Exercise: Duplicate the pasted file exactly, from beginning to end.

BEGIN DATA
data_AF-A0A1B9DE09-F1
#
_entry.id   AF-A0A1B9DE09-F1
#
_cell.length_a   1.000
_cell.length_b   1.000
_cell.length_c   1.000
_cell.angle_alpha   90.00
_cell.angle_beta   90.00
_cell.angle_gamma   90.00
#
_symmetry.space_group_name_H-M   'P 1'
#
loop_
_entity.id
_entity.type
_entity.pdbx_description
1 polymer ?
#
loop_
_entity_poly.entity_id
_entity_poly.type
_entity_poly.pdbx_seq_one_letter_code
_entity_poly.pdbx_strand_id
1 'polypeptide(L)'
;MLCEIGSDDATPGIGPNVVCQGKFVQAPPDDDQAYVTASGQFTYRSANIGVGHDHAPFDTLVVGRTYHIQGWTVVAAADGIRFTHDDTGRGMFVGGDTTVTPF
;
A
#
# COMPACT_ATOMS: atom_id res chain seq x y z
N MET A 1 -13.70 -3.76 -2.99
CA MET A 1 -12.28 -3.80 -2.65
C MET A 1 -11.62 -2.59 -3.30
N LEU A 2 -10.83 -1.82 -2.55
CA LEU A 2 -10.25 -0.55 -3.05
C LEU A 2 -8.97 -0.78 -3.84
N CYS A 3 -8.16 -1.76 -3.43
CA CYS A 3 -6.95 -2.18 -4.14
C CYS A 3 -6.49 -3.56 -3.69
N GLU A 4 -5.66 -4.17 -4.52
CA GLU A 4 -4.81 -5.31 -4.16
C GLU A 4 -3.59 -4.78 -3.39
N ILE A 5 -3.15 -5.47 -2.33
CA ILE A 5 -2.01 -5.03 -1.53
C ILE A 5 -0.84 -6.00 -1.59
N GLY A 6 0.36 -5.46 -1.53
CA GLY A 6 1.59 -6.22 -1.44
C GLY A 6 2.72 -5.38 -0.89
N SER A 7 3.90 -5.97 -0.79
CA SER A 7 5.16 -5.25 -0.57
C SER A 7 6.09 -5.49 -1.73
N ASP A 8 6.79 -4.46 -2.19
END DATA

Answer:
data_AF-A0A1B9DE09-F1
#
_entry.id   AF-A0A1B9DE09-F1
#
_cell.length_a   1.000
_cell.length_b   1.000
_cell.length_c   1.000
_cell.angle_alpha   90.00
_cell.angle_beta   90.00
_cell.angle_gamma   90.00
#
_symmetry.space_group_name_H-M   'P 1'
#
loop_
_entity.id
_entity.type
_entity.pdbx_description
1 polymer ?
#
loop_
_entity_poly.entity_id
_entity_poly.type
_entity_poly.pdbx_seq_one_letter_code
_entity_poly.pdbx_strand_id
1 'polypeptide(L)'
;MLCEIGSDDATPGIGPNVVCQGKFVQAPPDDDQAYVTASGQFTYRSANIGVGHDHAPFDTLVVGRTYHIQGWTVVAAADGIRFTHDDTGRGMFVGGDTTVTPF
;
A
#
# COMPACT_ATOMS: atom_id res chain seq x y z
N MET A 1 -13.70 -3.76 -2.99
CA MET A 1 -12.28 -3.80 -2.65
C MET A 1 -11.62 -2.59 -3.30
N LEU A 2 -10.83 -1.82 -2.55
CA LEU A 2 -10.25 -0.55 -3.05
C LEU A 2 -8.97 -0.78 -3.84
N CYS A 3 -8.16 -1.76 -3.43
CA CYS A 3 -6.95 -2.18 -4.14
C CYS A 3 -6.49 -3.56 -3.69
N GLU A 4 -5.66 -4.17 -4.52
CA GLU A 4 -4.81 -5.31 -4.16
C GLU A 4 -3.59 -4.78 -3.39
N ILE A 5 -3.15 -5.47 -2.33
CA ILE A 5 -2.01 -5.03 -1.53
C ILE A 5 -0.84 -6.00 -1.59
N GLY A 6 0.36 -5.46 -1.53
CA GLY A 6 1.59 -6.22 -1.44
C GLY A 6 2.72 -5.38 -0.89
N SER A 7 3.90 -5.97 -0.79
CA SER A 7 5.16 -5.25 -0.57
C SER A 7 6.09 -5.49 -1.73
N ASP A 8 6.79 -4.46 -2.19